Although earthbound vehicles have typically been the target of efforts to reduce carbon emissions by utilizing hybrid and electric motors, the air-travel industry is also slowly starting to adopt the technology as well—especially when it comes to short, regional hops. One needs only to look at the recent Uber Elevate summit—where major players in the aerospace industry (think NASA, Bell Helicopter, and Embraer) came together to share their progress toward the goal of creating electric flying taxis for quick commutes—or the maiden flight of the hybrid Workhorse Surefly (both of which occurred earlier this month) to see how quickly the segment is progressing.
Now, charter provider JetSuite has announced that it will be the first recipient of the Zunum Aero hybrid-electric airplane, which could enter service as early as 2022. The company currently plans to refresh its fleet with up to 100 of the new planes, which can carry as many as 12 passengers—though JetSuite will use the more spacious six- or nine-passenger configurations—for distances up to 1,000 miles (far enough to reach L.A. from the Bay Area, or travel from New York to Cleveland), all while eliminating up to 80 percent of the carbon footprint left by a comparable plane.
“Zunum aircraft will significantly reduce our fuel consumption, making flights more efficient and cost effective,” says Alex Wilcox, founder and CEO of JetSuite. “We certainly have seen a shift in the industry in terms of customers moving away from whole aircraft and fractional ownership, and a desire to participate in a shared economy. We believe this mentality is in direct alignment with the notion of living in a more sustainable world and reducing carbon emissions, which is one of greatest benefits in partnering with Zunum.”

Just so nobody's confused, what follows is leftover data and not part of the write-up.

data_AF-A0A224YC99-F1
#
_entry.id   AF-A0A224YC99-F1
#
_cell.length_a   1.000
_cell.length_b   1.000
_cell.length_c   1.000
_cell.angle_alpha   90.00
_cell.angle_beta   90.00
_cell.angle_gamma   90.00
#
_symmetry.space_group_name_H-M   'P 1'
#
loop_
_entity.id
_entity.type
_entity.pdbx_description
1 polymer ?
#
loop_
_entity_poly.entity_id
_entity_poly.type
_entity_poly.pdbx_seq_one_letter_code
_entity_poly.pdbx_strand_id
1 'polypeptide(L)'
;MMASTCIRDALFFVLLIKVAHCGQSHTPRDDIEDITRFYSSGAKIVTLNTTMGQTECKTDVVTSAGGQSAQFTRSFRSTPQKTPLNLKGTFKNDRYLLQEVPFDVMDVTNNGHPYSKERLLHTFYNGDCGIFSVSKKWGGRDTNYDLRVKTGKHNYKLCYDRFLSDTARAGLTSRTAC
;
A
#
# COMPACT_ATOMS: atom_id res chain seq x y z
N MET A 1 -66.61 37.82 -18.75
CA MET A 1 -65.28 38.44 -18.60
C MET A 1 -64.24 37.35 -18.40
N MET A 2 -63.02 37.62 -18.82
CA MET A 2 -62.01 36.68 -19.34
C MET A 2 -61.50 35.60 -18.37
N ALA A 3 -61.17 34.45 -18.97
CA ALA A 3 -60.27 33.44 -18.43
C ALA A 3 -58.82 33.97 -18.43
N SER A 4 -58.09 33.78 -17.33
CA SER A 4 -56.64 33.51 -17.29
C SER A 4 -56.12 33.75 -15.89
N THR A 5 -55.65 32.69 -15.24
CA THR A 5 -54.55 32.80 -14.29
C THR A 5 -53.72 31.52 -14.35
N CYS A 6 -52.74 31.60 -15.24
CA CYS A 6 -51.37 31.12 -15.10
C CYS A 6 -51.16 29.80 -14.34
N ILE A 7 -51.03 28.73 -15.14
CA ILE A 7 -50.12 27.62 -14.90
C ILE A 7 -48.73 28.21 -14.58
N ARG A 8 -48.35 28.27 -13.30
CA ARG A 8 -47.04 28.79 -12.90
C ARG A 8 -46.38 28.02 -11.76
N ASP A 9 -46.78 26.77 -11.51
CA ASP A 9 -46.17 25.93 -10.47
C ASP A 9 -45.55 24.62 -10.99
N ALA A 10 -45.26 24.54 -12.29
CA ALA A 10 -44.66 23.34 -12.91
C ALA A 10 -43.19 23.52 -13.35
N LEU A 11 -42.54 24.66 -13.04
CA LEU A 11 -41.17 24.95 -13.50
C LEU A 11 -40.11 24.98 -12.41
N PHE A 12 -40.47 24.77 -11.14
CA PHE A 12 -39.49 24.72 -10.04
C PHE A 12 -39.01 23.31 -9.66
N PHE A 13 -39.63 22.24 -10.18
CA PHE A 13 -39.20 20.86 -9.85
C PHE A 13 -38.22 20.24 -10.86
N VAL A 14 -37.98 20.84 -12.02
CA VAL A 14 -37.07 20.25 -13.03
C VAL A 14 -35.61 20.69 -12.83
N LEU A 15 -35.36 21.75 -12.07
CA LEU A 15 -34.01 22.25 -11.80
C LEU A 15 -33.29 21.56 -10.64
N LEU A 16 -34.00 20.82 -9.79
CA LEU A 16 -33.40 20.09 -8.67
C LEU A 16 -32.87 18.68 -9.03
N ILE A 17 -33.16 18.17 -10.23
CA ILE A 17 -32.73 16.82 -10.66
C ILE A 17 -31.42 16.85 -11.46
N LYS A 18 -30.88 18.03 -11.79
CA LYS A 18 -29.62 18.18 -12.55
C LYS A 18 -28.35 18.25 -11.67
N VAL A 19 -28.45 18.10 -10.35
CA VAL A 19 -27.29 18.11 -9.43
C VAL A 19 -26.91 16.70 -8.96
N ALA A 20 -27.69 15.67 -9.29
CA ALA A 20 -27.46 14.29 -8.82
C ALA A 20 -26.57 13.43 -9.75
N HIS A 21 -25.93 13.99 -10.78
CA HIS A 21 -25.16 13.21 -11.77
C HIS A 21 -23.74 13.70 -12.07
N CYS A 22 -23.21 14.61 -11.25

The new plane is powered by two low-noise electric propulsors that give it a maximum cruising speed of 340 mph (not quite as fast as these jets, but perfect for short trips). Instead of fuel, the wings contain banks of modular battery packs that can be upgraded as new technology becomes available to ultimately transition to fully electric flight.
But of course, JetSuite—partially owned by JetBlue, which also has a stake in Zunum—is not solely motived by eco-consciousness. “Zunum’s aircraft and mission fits very well with our desire to service abandoned markets in the U.S. by recapturing the short-haul market,” says Wilcox. “Since the year 2000, overall travel is up by a third, but flights under 500 miles are down by a third. It would take 1,000 aircraft to capture that lost market, and we believe that our commitment to purchasing 100 Zunum aircraft is a great start.”
Thanks to its low noise output, efficiency, and short runway requirements, the new craft will play an integral role in JetSuite’s plan to reinvigorate the declining regional flight market. Fliers will be able to land at more airports, putting them closer to their ultimate destination, reducing time spent on the ground in transit. Its electric motors also make it an obvious choice for mountain getaways, as combustion engines become less efficient as the air gets thinner. “This airplane will be the new flying SUV,” explains Wilcox.
Unfortunately, it will be a while before we see the Zunum in flight, and launch dates have a tendency to slip when it comes to innovative new aircraft. That said, Wilcox is optimistic, saying that the Zunum will be fully integrated into its fleet as soon as possible.